The end of the road in the National League was anti-climactic last night in San Francisco, but no one in Pac-Bell Park was complaining. The rains pounded the field in the top of the ninth and St. Louis batted, and everyone just hoped the Giants could get the clinching outs without an interminable delay. Finally, Matt Holliday hit a towering pop-up that ended up, appropriately enough, in the glove of Marco Scutaro and San Francisco’s 9-0 win was complete.
San Francisco’s comeback in this series—winning three straight after being pushed to the edge—wasn’t quite as surprising as when they turned the same trick against Cincinnati in the Division Series, given that all three of the wins over the Reds had to come on the road.
But the complete dominance the Giants showed in Games 5 thru 7 of the National League Championship Series was surely striking. San Francisco won those games by a combined score of 20-1, a drubbing that brought back bad memories for Cardinals’ fans—in the 1996 NLCS, they lost the final three games to Atlanta by a combined 32-1.
Game 7, as the score suggests, isn’t one that left fans with a lot of what-ifs. San Francisco did everything right from the outset, while St. Louis just struggled to play clean baseball. The Giants got a run on an early infield out when Cardinal starter Kyle Lohse seemed to struggle with getting the ball out of his glove and had to go to first, rather than come home. Lohse ended up leaving in the third inning with the score 2-0 and the bases loaded.
Then came the at-bat for Hunter Pence. He was panned in this space for his Game 3 struggles (though I modified my criticism later after Game 4). Pence came through here with the right combination of good play and good luck. He hit the ball hard, but it seemed to be set up for a room-service 6-4-3 double play. But Pence’s broken bat but a lot of English on the ball and it seemed to change trajectory in mid-flight. Cardinal shortstop Pete Kozma looked like a defensive back in football, momentarily deked out of position and the one step the wrong direction prevented him from getting back to the ball. Then centerfielder Jon Jay booted the ball in center, the bases cleared and the game was all but over.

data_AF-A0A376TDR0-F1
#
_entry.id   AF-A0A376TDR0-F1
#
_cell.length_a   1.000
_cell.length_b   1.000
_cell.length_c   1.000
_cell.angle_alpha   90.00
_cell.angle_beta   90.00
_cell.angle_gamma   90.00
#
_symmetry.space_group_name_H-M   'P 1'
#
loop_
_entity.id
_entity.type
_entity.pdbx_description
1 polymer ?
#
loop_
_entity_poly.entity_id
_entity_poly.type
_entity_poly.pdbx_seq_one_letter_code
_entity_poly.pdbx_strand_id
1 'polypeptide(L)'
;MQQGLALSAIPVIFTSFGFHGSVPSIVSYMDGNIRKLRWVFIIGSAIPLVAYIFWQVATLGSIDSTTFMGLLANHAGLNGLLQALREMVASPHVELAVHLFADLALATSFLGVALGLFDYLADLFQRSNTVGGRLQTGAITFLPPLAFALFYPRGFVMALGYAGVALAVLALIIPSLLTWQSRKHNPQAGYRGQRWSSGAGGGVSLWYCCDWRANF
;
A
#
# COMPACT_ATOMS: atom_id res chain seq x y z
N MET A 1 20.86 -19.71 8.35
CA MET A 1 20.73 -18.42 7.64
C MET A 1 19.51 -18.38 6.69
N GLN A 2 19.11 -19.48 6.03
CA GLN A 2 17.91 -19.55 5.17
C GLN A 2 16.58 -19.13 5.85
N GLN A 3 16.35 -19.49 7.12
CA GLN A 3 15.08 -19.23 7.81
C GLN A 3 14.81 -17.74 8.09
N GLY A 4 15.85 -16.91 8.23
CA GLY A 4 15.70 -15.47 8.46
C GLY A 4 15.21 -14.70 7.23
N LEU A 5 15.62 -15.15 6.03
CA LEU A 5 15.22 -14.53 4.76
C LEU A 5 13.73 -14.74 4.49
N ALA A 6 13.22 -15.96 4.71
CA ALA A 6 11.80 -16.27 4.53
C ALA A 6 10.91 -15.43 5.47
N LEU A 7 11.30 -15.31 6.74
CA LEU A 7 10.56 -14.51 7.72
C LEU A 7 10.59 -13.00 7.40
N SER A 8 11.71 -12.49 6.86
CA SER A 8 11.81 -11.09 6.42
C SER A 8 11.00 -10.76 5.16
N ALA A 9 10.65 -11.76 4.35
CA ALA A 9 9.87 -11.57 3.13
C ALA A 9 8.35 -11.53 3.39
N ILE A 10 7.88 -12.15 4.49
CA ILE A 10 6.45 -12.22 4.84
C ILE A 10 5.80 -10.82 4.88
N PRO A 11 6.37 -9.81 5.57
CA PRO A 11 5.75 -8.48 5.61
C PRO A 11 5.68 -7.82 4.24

Matt Cain dominated through 5.2 IP, though Bruce Bochy wasted little time in giving him the hook with two on and two out in the sixth in what was still a 6-0 game. Cain foolishly decided to plunk Matt Holliday on an 0-2 count to start the inning. Holliday had been involved in a dust-up at second base with Marco Scutaro in Game 2, a double-play takeout slide that was clearly illegal, but unlikely done with malicious intent to hurt.
Scutaro had let bygones be bygones and deciding to take revenge on the leadoff hitter of an inning where you’re twelve outs form the World Series was, in my view, rather stupid. There’s plenty of time next year to take care of business.
In the end, no one took care of business like Scutaro, who had 14 hits for the series, tying a record held by several players in LCS competition. The second baseman was named NLCS MVP. In yesterday’s post, I indicated an early preference for Ryan Vogelsong. I’ll admit to bias on behalf of starting pitchers who win two games in dominating fashion—it’s tough to argue against a guy who gets you half the necessary wins almost by himself, as Vogelsong did. But upon further review, it’s even harder to argue against someone who ties a record for hits, plays great defense and seems to bring a lot of intangibles to the team. Congratulations to Scutaro and congratulations to the Giants.
The last stage of the MLB playoffs starts Wednesday night, as Detroit and San Francisco commence the World Series, and TheSportsNotebook preview of the Tigers-Giants Fall Classic will be up tomorrow morning.